Frameworks are important in health and safety; they help to give line managers the process to follow for helping keep employees safe in the workplace. If you are at all familiar with the ‘safety’ side of health and safety you are familiar with the comprehensive processes that are used to reduce the chances of incidents in the workplace.
On the health side, however, there is a worrying lack of guidance and support for EHS managers who want to keep individuals safe from an occupational health perspective.
Whilst reactive policies like health and safety first aiders and well-being drives have attempted to help workers out who are struggling, it is clear that a more holistic approach and joined up approach is needed to increase the mental health and well-being for all those in the workplace.
As Richard Jones discussed when speaking to IOSH magazine, it is important that ‘psychosocial risks are managed in a systematic manner, consistent with other occupational health and safety risks’.
ISO 45003 is the new standard being introduced to try and provide managers with the information and procedure to keep workers safe from a psychological health and safety perspective. The standard has just closed on the comment stage of its development.
The full name of the new standard is: Occupational health and safety management – Psychological health and safety at work: managing psychosocial risks – guidelines. It aims to develop the focus on occupational health outlined in ISO 45001.
What are the key guiding principles ISO 45003 will provide?
The new standard builds upon the good work laid out in ISO 45001 and looks to focus on the mental and psychological protection of workers. SOme of the key areas the standard will look at include:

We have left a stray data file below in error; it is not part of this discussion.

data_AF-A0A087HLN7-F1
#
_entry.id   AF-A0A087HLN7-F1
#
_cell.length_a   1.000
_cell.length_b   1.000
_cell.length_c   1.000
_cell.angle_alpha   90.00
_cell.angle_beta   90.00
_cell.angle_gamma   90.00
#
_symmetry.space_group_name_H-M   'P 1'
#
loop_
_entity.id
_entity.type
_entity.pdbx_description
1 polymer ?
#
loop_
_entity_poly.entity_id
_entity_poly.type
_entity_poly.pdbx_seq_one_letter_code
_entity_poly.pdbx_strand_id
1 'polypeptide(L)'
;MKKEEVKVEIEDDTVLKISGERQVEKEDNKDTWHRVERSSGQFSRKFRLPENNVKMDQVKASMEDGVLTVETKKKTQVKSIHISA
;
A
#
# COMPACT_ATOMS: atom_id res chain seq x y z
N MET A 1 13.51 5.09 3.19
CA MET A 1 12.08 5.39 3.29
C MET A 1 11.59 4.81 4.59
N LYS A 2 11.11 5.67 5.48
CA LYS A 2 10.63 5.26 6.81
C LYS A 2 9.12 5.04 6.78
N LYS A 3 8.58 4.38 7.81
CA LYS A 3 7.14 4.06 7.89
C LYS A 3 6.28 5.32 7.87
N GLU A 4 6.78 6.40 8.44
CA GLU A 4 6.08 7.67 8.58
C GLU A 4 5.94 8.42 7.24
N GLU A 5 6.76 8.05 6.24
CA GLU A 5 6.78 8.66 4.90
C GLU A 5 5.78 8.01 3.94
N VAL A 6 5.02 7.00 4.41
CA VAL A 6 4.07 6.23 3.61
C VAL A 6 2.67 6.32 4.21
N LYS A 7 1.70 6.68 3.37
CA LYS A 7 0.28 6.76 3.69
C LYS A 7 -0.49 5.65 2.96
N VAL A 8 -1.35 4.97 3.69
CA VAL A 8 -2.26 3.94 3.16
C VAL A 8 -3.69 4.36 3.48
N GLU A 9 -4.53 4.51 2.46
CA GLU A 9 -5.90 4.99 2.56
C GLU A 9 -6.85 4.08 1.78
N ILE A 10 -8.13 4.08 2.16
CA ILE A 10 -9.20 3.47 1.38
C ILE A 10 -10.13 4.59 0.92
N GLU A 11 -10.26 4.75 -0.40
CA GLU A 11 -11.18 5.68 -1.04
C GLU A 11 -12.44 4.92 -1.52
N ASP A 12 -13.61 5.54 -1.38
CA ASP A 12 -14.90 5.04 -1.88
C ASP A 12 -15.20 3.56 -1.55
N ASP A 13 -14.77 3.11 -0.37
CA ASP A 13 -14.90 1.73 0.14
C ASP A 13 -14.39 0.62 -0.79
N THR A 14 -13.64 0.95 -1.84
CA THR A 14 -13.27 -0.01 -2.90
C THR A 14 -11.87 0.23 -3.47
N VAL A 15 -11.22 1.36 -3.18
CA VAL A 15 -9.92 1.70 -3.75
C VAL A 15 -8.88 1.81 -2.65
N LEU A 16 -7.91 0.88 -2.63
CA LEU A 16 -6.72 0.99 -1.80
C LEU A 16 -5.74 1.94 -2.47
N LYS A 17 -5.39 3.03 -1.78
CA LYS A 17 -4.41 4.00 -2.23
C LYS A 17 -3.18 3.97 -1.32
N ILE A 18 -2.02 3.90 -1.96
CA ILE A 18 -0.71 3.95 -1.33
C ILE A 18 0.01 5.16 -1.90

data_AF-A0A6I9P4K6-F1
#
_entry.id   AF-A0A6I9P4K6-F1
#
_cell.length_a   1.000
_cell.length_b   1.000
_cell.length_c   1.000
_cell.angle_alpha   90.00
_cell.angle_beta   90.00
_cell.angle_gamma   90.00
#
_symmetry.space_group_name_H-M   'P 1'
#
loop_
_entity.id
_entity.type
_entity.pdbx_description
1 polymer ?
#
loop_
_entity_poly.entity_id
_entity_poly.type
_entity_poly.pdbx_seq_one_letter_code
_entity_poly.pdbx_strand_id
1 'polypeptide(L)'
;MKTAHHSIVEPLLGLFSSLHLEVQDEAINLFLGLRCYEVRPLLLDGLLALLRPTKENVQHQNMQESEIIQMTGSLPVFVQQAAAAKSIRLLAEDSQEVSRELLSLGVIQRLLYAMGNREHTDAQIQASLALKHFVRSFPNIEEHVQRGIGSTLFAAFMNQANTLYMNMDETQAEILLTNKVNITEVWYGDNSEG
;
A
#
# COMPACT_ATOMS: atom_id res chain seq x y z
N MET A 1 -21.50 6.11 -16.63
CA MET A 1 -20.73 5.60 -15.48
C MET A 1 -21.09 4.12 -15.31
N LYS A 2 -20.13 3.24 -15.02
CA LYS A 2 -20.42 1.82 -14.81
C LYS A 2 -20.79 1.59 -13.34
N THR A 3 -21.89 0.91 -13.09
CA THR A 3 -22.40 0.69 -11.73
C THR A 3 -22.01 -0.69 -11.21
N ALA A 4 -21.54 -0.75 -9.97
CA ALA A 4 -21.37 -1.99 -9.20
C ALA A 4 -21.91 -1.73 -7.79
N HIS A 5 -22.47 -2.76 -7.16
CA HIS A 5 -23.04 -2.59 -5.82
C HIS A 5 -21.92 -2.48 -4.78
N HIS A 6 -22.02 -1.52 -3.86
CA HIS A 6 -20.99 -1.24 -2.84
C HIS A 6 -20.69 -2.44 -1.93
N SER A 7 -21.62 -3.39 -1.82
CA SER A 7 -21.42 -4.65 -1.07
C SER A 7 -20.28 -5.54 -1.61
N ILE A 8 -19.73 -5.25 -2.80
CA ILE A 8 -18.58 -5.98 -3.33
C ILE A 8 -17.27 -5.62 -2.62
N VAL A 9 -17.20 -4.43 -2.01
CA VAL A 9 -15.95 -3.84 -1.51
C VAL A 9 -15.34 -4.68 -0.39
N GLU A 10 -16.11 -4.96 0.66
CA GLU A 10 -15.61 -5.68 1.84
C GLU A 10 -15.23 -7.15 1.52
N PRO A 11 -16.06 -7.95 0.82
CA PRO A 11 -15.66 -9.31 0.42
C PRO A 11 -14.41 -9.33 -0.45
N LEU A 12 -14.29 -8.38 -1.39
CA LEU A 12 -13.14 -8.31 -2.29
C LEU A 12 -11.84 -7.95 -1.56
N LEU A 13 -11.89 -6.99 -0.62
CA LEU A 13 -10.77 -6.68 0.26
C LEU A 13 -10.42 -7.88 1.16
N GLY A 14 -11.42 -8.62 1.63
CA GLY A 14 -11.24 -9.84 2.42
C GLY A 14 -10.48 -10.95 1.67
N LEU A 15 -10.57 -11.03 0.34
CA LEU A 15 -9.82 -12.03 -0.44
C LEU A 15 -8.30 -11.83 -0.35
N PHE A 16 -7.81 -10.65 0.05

- The management of circumstances and work demand that have the ability to damage psychological health and wellbeing in workers
- Guidance on identifying some of the primary risk factors to psychological health and what improvements can be made to the environment
- The introduction of control measures to manage hazards and psychosocial risks that are associated with the workplace
The pandemic has increased the need for better mental health guidance
For many, the introduction of the standard is long overdue. Stress and mental health-related issues have risen in recent years and they have accelerated as the world tries to deal with the global pandemic and the impact it can have on working lives.
With over half of workers unable to access or unaware of mental health support in the workplace it is clear that new guidance is needed in the profession to try and reduce the risks for workers and keep all those in an organisation safe.
If you want a better understanding of what ISO 45003 intends to do and why it is needed our exclusive interview from the BSI Group offers insight on what the new standard will try to achieve and how organisations can make sure they are following it correctly.